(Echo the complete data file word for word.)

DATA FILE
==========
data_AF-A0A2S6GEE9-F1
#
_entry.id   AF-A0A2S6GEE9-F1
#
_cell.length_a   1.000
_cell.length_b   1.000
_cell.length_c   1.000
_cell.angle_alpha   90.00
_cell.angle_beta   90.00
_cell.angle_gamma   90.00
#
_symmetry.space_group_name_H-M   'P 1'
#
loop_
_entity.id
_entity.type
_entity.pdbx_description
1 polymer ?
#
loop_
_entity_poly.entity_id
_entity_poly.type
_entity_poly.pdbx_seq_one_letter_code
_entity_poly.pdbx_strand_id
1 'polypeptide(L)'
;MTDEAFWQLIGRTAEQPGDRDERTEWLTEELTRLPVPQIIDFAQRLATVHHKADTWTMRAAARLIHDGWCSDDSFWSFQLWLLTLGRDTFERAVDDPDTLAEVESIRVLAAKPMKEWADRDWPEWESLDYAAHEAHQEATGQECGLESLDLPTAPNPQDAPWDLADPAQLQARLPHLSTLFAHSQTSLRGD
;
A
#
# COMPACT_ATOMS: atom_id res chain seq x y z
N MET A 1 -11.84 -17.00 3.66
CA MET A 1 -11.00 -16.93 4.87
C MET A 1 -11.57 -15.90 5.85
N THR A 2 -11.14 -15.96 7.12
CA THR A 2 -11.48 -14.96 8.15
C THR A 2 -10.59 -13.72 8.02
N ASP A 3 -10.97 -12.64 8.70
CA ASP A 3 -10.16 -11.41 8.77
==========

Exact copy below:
data_AF-A0A2S6GEE9-F1
#
_entry.id   AF-A0A2S6GEE9-F1
#
_cell.length_a   1.000
_cell.length_b   1.000
_cell.length_c   1.000
_cell.angle_alpha   90.00
_cell.angle_beta   90.00
_cell.angle_gamma   90.00
#
_symmetry.space_group_name_H-M   'P 1'
#
loop_
_entity.id
_entity.type
_entity.pdbx_description
1 polymer ?
#
loop_
_entity_poly.entity_id
_entity_poly.type
_entity_poly.pdbx_seq_one_letter_code
_entity_poly.pdbx_strand_id
1 'polypeptide(L)'
;MTDEAFWQLIGRTAEQPGDRDERTEWLTEELTRLPVPQIIDFAQRLATVHHKADTWTMRAAARLIHDGWCSDDSFWSFQLWLLTLGRDTFERAVDDPDTLAEVESIRVLAAKPMKEWADRDWPEWESLDYAAHEAHQEATGQECGLESLDLPTAPNPQDAPWDLADPAQLQARLPHLSTLFAHSQTSLRGD
;
A
#
# COMPACT_ATOMS: atom_id res chain seq x y z
N MET A 1 -11.84 -17.00 3.66
CA MET A 1 -11.00 -16.93 4.87
C MET A 1 -11.57 -15.90 5.85
N THR A 2 -11.14 -15.96 7.12
CA THR A 2 -11.48 -14.96 8.15
C THR A 2 -10.59 -13.72 8.02
N ASP A 3 -10.97 -12.64 8.70
CA ASP A 3 -10.16 -11.41 8.77